He took a volume from the shelf, a telling of the mayflower’s voyage, and sat down before the window. His eyes scanned the cloth weaving of the book’s cover, studying the intricate drawing of the ship sailing under the title. When he opened the book, the edges of the pages were starting to brown, but they were sturdy enough to read without fear of tearing.

August read through several chapters of the history book, until the sun finally sank so low that he could no longer see the words. The moon still provided him enough light to move about the room. He returned the book to its place on the shelf, shut the window, and left. With a hand on the wall, he made his way back to the kitchen. There he found a candle and lit it with a match. The light helped him to see well enough to fix himself an evening supper.

But as he finished his bowl of ground beef, corn, and green beans, he heard a noise from upstairs. He put down the metal spoon and stood from his chair. The woodcutter peered out of the kitchen, but didn’t see any change in the dining room. The foyer was likewise as he had left it.

He was about to return and prepare for bed, when he noticed movement out of the corner of his eye. Up on the second story of the foyer was a puff of smoke. August found this odd, as he didn’t smell smoke in the air, and the room felt even more chilly than when he had arrived. Still, the thought of his newly inherited mansion and library destroyed in a burning blaze terrified him. So he ascended the stairs to investigate.

The second story of the foyer was a short walkway, between two doors. When August reached the top of the stairs, the smoke disappeared into the doorway to his left. He found it odd that this door had been left open, when all the others were closed. But with a shrug, he followed it.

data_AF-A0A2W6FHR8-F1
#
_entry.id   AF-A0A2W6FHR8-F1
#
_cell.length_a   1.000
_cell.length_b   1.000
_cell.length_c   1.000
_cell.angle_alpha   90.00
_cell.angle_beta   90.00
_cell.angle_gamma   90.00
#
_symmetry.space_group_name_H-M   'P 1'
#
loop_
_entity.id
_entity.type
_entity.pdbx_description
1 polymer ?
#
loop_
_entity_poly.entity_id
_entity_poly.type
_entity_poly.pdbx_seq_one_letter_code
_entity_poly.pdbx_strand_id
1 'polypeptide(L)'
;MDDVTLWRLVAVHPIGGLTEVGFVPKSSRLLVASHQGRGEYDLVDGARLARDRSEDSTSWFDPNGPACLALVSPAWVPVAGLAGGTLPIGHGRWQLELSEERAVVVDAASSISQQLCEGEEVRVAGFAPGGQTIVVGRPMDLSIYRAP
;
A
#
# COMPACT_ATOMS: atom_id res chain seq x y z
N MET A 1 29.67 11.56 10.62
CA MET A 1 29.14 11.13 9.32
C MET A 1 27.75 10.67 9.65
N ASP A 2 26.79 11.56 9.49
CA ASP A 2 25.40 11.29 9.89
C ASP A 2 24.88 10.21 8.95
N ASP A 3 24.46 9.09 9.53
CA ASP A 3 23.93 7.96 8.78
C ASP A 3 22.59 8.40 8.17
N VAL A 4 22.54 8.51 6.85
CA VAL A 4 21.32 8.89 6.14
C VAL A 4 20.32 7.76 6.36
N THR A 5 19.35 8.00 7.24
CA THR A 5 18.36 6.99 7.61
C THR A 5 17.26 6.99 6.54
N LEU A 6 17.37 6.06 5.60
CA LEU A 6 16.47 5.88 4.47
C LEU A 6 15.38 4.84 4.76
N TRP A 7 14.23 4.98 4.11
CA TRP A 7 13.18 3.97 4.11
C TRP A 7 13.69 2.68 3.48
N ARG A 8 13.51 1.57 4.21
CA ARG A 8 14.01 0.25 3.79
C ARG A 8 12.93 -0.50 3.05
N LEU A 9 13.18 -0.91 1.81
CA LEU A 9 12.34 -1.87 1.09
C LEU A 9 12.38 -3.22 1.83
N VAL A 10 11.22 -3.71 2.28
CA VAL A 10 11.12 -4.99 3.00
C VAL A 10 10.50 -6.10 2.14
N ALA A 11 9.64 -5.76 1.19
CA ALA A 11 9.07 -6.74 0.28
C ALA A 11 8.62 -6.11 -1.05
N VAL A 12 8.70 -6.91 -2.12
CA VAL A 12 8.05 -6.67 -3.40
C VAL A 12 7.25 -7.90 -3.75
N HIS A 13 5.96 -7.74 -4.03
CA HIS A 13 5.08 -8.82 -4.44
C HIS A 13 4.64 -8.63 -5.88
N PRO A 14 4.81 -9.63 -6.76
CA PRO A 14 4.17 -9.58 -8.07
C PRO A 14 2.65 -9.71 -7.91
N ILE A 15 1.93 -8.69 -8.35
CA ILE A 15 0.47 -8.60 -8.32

It led him to the games room, which held a large billiards table at the center. Hung on the walls were several pool cues, with a dart board nearby. The candle light wasn’t bright enough to reach the far wall.

When he set the candle down on the pool table, the woodcutter saw that the billiards were scattered across the green. He picked up the 8 ball and tossed it in his hands, then rubbed his fingers together. The same layer of dust which covered everything wasn’t there. He set the ball back on the table with a frown.

As he stared down at the pool table in thought, an icy chill touched his spine. He shivered and let out a yell. The candle went out. His eyes darted back. Behind him floated a specter.

Fog rolled off of its weightless body. Large chains hung from its shoulders, and its clothes were tattered and ashen. Its face was mangled, like it had survived a wolf attack but just barely.

The specter reached a withered hand to August and wrapped its fingers around his neck. He suddenly felt a cold worse than the harshest blizzard. The woodcutter tried to scream, but no sound came. He couldn’t breathe.

His hand grasped a billiard ball and threw it. But the ball simply passed through the specter before him. He grabbed the specter’s hands, but his fingers slipped through them. Then the woodcutter fell to his knees.

Out of its grasp, he was finally able to breathe again, and the cold feeling had gone. The ghost reached for him again. He dove out of the way, scrambled toward the wall, and took a pool cue in his hand.

Rising, he held the cue upright like a sword. The specter floated toward him, its claws outstretched. He advanced and swung his cue at the specter’s head. The cue passed through it like it was smoke.

As the specter drew nearer, the air around August grew colder. He realized that the ghost was impervious to any mortal weapons. The specter could attack him, but he had no way to fight back.

It reached for his neck again, but he ducked down low out of the way. The woodcutter turned and ran out the door. As he descended the stairs, he still felt the chill of the ghost against him. When he reached the door, he felt another icy touch against his back. He ripped the door open without looking back and ran off.

The buildings were still alight when August walked into town. He found a local tavern and entered. Several people sat slumped over the bar, and a few were chatting among themselves.

“What’s eating you, mister?” the bartender said as August approached. “You look like you’ve seen a ghost.”

“I think I might’ve seen just that,” August said.